“I’m coming out. I want the world to know, got to let it show.”
Since 1980, Diana Ross’s rallying cry disco hit has been one of a series of earworm-y songs running on a loop in my head. (Just added: The shamelessly addictive soundtrack to Kinky Boots. Make it stop!)
In our third week of TueNight.com, “Coming Out” has re-entered my brain playlist. I think because I want this site to be a sort of a coming out: a culmination of who I am, who we are as mid-life/ gen-x women, and what we love to do/ read/ experience/ share. Something like the actual conversations I have with my friends.
As we progress in life, it can become harder and harder to be authentic, or our true selves — not to sound all Deepak Chopra, but it’s true. We navigate worlds by playing multiple roles, shifting and adjusting our voice. Today I’m a financial analyst, in three hours I am a mom, tomorrow night I am a drinking buddy, consoling my recently-divorced pal. As in Deanna Brown’s story this week, there can be an element of hiding who you really are by leading parallel lives. Or consider Kristy Krivitsky’s pov, as we get older, our “true selves” actually evolve and change into someone else, someone unexpected.
Maybe because I don’t have kids, I’ve defined myself, more often, by my job.
For most of my 20s I was a music critic/ music editor in Philadelphia. When people asked what I did, I’d say, proudly, music editor of the Philadelphia City Paper and they knew exactly what that meant. I didn’t have to explain anything and I obviously loved the job. You could hear it in my voice. Plus, I had a certain level of d-list celebrity in that town, partly based on my weird, memorable name (and Philly is kind of a big city small town) — so that was always a hoot.
When I was recruited by AOL in ’99, for a gig as managing editor of Digital City (a Patch before its time), I felt like a spy in a weird, new corporate world. My speech got garbled when I tried to explain what I did. No one really got it. And I witnessed weird reactions from my colleagues. “You had this great job as a music editor of a newspaper and left for this internet thing?” “I always saw you going into magazines.” “Are you crazy?”
In fact, it was crazy and foreign to me in a weird, light-blue-buttoned-down shirt-and-khaki Dulles, VA campus kind of way. I was used to combat boots and a combative newsroom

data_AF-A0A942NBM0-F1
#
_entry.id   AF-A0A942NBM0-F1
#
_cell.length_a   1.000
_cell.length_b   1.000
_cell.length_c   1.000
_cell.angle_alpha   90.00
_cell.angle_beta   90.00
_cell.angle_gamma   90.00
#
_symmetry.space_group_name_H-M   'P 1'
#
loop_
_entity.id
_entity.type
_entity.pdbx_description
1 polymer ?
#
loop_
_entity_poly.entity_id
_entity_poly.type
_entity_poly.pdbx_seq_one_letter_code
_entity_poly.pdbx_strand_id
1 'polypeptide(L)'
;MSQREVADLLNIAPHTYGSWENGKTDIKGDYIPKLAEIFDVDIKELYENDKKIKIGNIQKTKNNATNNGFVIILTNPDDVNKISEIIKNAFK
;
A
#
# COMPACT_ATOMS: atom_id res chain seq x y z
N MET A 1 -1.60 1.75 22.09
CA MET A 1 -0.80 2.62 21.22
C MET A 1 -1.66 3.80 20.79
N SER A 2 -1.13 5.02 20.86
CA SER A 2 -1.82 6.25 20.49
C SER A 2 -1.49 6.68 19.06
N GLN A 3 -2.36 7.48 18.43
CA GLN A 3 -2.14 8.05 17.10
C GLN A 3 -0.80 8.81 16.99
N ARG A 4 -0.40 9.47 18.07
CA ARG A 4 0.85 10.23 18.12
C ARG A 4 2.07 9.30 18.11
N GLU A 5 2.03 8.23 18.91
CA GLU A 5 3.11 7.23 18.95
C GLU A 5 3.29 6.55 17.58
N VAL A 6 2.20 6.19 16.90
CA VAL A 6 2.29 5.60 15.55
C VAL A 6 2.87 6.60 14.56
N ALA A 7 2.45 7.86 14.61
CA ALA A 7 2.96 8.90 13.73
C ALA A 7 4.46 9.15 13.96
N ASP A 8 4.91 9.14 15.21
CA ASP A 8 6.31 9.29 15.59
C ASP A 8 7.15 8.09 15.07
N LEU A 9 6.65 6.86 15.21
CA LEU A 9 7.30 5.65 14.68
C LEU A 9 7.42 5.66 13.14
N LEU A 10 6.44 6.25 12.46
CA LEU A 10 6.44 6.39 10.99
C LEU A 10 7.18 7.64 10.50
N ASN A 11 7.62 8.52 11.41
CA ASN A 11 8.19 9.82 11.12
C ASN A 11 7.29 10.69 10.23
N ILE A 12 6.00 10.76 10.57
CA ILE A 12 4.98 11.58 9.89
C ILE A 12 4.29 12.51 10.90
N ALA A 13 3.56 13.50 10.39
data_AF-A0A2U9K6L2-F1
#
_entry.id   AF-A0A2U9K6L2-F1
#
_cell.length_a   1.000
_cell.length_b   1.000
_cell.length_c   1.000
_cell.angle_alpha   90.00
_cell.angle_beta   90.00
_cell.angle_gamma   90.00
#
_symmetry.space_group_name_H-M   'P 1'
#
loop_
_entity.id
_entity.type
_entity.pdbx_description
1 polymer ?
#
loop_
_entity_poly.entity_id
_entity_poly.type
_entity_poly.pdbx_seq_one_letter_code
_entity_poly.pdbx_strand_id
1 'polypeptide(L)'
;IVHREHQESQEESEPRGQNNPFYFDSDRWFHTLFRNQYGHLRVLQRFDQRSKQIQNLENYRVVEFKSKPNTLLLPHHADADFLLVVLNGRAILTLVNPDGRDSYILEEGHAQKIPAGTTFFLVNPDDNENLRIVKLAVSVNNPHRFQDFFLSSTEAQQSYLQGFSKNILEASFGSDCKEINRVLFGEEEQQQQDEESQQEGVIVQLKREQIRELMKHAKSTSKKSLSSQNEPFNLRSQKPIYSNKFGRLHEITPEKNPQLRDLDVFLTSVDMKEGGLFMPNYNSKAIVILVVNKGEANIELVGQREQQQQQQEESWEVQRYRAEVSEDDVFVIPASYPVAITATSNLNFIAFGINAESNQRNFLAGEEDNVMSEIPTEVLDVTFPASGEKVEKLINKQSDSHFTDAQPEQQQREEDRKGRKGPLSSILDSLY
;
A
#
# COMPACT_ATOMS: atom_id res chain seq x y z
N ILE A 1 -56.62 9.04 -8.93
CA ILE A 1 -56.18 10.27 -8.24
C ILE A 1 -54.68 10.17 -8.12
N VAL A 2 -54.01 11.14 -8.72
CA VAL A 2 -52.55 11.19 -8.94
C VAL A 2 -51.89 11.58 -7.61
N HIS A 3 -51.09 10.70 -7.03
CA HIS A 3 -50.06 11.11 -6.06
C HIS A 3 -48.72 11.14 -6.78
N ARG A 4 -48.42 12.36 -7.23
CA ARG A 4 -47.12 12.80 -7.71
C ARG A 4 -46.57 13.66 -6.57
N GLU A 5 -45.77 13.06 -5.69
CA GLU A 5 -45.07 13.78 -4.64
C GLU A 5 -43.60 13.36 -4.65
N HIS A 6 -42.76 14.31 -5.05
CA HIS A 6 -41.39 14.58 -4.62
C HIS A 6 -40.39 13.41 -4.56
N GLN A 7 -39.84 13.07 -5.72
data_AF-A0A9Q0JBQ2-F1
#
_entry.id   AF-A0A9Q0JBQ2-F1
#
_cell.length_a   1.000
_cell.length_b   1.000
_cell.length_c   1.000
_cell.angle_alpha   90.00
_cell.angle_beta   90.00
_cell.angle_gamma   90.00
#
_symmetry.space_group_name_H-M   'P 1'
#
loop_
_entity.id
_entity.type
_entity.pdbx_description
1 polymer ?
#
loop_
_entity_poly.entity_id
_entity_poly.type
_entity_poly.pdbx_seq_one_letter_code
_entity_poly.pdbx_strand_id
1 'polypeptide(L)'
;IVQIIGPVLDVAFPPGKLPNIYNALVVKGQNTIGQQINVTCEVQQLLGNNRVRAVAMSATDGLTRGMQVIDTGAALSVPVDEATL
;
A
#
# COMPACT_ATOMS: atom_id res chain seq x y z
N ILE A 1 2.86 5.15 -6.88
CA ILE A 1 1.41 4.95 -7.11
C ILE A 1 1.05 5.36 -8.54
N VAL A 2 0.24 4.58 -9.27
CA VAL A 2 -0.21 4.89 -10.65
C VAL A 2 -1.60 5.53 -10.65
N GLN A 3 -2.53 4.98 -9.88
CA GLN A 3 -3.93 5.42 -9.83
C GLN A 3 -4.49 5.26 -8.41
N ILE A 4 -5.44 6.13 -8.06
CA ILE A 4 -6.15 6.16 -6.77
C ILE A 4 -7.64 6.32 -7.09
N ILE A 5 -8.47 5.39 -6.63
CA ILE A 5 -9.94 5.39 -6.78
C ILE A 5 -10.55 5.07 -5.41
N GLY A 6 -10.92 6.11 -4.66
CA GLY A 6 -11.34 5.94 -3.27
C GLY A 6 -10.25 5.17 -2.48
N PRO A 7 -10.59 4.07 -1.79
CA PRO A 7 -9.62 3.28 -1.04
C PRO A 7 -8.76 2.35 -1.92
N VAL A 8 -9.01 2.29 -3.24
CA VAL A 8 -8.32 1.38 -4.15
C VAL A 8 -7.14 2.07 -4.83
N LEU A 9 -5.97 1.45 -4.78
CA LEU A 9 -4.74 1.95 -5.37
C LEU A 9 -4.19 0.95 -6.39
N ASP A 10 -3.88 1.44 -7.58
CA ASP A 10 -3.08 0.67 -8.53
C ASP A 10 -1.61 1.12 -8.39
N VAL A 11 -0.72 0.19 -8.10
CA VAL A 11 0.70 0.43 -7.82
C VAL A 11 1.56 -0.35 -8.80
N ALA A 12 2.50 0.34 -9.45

I don’t relay this story to suggest I knew what the hell I was doing. I didn’t. I just knew that after 10 years, I couldn’t take my crappy alt-weekly paycheck much longer and was intrigued.
It’s that intrigue that, in hindsight, led me to do things that seemed out of my comfort zone. Start a business? What? I’m not a business person? In my head, I still saw that kid in the thrift store dress, not a person with a P&L.
We can be truly hampered by our idea of what things should look like, and more often than not, they don’t match up. Thank goodness.
When we rely on what others think we should be doing, it never works out well. I like this quote from author Brené Brown, “Don’t try to win over the haters; you are not a jackass whisperer.”
Anyway, it wasn’t until the last few years running my own content strategy business that I started to feel all of my experience come into its own – editorial, management, digital, corporate, creative. I even named my company Gyrate Media after my old music column, Gyrate.
However, I still missed a big puzzle piece of my former self; I wasn’t expressing my own creative point of view, just that of my various clients. I could eke in a little bit of me, but it was time to really, authentically, strut my own stuff.
Just last week, in telling my 80-year-old Dad about TueNight over the phone, he said he could hear the passion in my voice. “It’s obvious,” he said, “You love this work.”
Sometimes those around us can reflect back what we don’t quite recognize.
TueNight is the time and place, to let it show. We’re coming out.